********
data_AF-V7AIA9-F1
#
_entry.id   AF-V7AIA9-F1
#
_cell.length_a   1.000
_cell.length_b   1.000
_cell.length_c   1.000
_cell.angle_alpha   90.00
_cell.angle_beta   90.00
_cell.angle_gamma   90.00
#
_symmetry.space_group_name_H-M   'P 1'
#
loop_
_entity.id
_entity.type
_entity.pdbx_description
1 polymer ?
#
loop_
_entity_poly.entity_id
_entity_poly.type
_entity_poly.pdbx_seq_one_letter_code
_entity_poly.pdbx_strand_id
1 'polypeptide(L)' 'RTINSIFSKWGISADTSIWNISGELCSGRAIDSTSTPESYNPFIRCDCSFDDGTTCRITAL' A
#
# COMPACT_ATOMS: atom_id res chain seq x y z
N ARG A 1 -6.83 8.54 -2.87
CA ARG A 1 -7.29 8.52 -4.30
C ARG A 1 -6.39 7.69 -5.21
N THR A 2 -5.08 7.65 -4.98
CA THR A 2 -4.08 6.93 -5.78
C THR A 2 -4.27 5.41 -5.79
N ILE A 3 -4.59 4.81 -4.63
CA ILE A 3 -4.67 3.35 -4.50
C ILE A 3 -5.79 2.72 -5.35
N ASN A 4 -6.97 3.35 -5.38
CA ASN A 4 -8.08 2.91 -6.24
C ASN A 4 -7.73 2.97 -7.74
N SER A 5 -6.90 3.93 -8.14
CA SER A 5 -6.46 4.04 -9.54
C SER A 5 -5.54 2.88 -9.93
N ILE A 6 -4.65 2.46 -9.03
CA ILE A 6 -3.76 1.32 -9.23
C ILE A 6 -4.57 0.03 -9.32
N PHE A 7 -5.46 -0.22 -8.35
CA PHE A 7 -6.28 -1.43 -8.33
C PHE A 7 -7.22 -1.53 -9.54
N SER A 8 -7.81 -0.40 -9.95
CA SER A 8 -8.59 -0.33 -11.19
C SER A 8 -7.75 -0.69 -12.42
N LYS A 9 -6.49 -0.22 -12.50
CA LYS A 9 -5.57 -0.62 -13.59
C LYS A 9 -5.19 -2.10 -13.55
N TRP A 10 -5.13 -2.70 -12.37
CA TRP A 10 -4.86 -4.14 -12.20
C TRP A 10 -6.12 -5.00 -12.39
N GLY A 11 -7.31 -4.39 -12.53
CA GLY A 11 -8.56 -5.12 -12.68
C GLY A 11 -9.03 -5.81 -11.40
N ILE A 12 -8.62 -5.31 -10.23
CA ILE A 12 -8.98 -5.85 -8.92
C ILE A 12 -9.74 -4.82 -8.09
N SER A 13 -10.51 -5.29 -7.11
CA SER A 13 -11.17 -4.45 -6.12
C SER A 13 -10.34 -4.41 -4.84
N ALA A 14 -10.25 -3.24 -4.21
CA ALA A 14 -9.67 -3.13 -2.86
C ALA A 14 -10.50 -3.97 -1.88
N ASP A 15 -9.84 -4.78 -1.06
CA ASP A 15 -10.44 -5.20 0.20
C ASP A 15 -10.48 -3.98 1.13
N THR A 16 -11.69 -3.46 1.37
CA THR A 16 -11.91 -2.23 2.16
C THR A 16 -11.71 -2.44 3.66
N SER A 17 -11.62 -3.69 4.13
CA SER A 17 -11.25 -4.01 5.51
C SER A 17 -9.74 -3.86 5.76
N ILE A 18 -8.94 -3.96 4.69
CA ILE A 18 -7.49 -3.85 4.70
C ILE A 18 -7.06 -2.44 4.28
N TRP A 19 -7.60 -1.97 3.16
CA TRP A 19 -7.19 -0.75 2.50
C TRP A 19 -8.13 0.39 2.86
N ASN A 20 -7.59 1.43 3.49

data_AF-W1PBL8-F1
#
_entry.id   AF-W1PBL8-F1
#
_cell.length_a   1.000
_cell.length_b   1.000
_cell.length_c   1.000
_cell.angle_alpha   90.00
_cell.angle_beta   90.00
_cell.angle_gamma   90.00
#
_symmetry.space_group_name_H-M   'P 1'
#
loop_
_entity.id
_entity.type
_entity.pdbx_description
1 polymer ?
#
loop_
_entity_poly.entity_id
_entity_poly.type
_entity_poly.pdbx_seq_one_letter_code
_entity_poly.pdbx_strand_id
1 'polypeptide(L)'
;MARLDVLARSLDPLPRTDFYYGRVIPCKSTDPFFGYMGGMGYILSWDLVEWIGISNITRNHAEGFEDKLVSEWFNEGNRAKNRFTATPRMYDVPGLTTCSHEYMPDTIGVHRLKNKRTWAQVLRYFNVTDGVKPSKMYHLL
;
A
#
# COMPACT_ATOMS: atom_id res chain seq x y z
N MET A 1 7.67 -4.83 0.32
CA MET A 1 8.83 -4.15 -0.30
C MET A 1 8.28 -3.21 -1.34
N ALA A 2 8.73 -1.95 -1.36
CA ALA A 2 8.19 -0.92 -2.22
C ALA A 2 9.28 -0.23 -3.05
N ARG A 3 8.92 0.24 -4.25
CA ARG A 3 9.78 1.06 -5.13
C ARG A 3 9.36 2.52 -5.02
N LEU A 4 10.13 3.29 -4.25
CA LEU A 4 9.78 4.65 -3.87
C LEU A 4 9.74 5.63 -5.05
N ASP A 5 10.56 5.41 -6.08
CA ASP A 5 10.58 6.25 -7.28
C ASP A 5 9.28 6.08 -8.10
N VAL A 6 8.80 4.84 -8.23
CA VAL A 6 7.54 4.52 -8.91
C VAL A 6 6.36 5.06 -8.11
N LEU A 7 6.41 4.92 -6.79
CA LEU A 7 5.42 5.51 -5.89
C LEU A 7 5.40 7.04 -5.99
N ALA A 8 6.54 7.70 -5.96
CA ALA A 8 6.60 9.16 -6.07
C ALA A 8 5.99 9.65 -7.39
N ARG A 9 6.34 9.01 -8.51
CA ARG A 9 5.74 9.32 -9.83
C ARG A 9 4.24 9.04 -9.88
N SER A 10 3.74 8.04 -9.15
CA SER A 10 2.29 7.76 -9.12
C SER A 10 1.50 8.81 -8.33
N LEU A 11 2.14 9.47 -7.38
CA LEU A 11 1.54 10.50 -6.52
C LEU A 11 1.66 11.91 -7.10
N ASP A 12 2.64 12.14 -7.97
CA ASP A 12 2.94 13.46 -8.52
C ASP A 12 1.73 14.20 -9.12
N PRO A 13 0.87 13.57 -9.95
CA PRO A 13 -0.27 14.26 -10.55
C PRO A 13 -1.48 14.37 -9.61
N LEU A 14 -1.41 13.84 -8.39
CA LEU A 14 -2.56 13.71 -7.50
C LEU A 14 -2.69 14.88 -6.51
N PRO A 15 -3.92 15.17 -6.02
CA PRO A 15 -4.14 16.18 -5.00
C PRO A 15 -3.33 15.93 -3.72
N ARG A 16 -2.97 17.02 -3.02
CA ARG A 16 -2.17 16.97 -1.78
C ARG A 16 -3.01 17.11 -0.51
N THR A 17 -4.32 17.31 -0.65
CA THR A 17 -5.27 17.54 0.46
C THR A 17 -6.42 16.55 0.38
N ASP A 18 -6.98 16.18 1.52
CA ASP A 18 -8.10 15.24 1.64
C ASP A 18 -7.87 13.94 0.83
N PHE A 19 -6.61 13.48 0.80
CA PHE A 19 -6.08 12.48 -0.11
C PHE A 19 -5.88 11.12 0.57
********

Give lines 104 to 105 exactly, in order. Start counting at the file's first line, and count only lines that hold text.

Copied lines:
#
loop_